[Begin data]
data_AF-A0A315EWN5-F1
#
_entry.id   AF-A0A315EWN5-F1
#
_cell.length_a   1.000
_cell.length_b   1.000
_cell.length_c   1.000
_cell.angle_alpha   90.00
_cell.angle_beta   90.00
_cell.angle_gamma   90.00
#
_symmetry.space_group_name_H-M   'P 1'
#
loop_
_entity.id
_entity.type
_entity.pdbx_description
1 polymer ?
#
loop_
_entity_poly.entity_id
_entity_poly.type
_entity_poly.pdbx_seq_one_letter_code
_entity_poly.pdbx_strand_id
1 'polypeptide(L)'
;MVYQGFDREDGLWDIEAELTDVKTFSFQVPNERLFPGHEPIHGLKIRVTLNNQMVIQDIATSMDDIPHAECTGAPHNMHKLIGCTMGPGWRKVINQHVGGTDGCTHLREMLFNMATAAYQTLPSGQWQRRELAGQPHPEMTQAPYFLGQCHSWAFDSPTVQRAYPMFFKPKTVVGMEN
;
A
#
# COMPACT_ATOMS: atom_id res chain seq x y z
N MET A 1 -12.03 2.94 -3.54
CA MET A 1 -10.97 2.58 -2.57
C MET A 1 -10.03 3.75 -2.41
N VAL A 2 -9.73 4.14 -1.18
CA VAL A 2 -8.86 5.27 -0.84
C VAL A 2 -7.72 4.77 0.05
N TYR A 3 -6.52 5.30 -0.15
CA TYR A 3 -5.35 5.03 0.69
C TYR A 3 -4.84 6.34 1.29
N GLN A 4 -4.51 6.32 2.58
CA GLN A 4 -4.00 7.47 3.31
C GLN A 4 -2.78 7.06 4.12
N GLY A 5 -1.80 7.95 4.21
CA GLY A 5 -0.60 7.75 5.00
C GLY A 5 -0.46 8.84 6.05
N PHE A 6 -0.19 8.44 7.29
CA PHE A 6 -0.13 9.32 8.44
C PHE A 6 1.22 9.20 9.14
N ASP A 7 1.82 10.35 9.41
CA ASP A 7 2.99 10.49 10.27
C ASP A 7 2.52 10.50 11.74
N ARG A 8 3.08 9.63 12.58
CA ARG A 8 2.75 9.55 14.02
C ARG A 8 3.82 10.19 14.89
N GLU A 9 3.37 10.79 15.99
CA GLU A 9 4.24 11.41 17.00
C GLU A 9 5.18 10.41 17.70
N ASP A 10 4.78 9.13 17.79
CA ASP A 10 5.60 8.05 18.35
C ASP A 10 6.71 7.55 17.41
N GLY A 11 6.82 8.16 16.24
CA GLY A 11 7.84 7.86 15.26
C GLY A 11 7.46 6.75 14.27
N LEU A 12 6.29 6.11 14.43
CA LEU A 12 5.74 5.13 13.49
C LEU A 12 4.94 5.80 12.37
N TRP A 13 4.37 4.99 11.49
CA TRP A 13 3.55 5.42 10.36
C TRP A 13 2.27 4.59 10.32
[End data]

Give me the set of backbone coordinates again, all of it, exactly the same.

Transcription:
data_AF-A0A315EWN5-F1
#
_entry.id   AF-A0A315EWN5-F1
#
_cell.length_a   1.000
_cell.length_b   1.000
_cell.length_c   1.000
_cell.angle_alpha   90.00
_cell.angle_beta   90.00
_cell.angle_gamma   90.00
#
_symmetry.space_group_name_H-M   'P 1'
#
loop_
_entity.id
_entity.type
_entity.pdbx_description
1 polymer ?
#
loop_
_entity_poly.entity_id
_entity_poly.type
_entity_poly.pdbx_seq_one_letter_code
_entity_poly.pdbx_strand_id
1 'polypeptide(L)'
;MVYQGFDREDGLWDIEAELTDVKTFSFQVPNERLFPGHEPIHGLKIRVTLNNQMVIQDIATSMDDIPHAECTGAPHNMHKLIGCTMGPGWRKVINQHVGGTDGCTHLREMLFNMATAAYQTLPSGQWQRRELAGQPHPEMTQAPYFLGQCHSWAFDSPTVQRAYPMFFKPKTVVGMEN
;
A
#
# COMPACT_ATOMS: atom_id res chain seq x y z
N MET A 1 -12.03 2.94 -3.54
CA MET A 1 -10.97 2.58 -2.57
C MET A 1 -10.03 3.75 -2.41
N VAL A 2 -9.73 4.14 -1.18
CA VAL A 2 -8.86 5.27 -0.84
C VAL A 2 -7.72 4.77 0.05
N TYR A 3 -6.52 5.30 -0.15
CA TYR A 3 -5.35 5.03 0.69
C TYR A 3 -4.84 6.34 1.29
N GLN A 4 -4.51 6.32 2.58
CA GLN A 4 -4.00 7.47 3.31
C GLN A 4 -2.78 7.06 4.12
N GLY A 5 -1.80 7.95 4.21
CA GLY A 5 -0.60 7.75 5.00
C GLY A 5 -0.46 8.84 6.05
N PHE A 6 -0.19 8.44 7.29
CA PHE A 6 -0.13 9.32 8.44
C PHE A 6 1.22 9.20 9.14
N ASP A 7 1.82 10.35 9.41
CA ASP A 7 2.99 10.49 10.27
C ASP A 7 2.52 10.50 11.74
N ARG A 8 3.08 9.63 12.58
CA ARG A 8 2.75 9.55 14.02
C ARG A 8 3.82 10.19 14.89
N GLU A 9 3.37 10.79 15.99
CA GLU A 9 4.24 11.41 17.00
C GLU A 9 5.18 10.41 17.70
N ASP A 10 4.78 9.13 17.79
CA ASP A 10 5.60 8.05 18.35
C ASP A 10 6.71 7.55 17.41
N GLY A 11 6.82 8.16 16.24
CA GLY A 11 7.84 7.86 15.26
C GLY A 11 7.46 6.75 14.27
N LEU A 12 6.29 6.11 14.43
CA LEU A 12 5.74 5.13 13.49
C LEU A 12 4.94 5.80 12.37
N TRP A 13 4.37 4.99 11.49
CA TRP A 13 3.55 5.42 10.36
C TRP A 13 2.27 4.59 10.32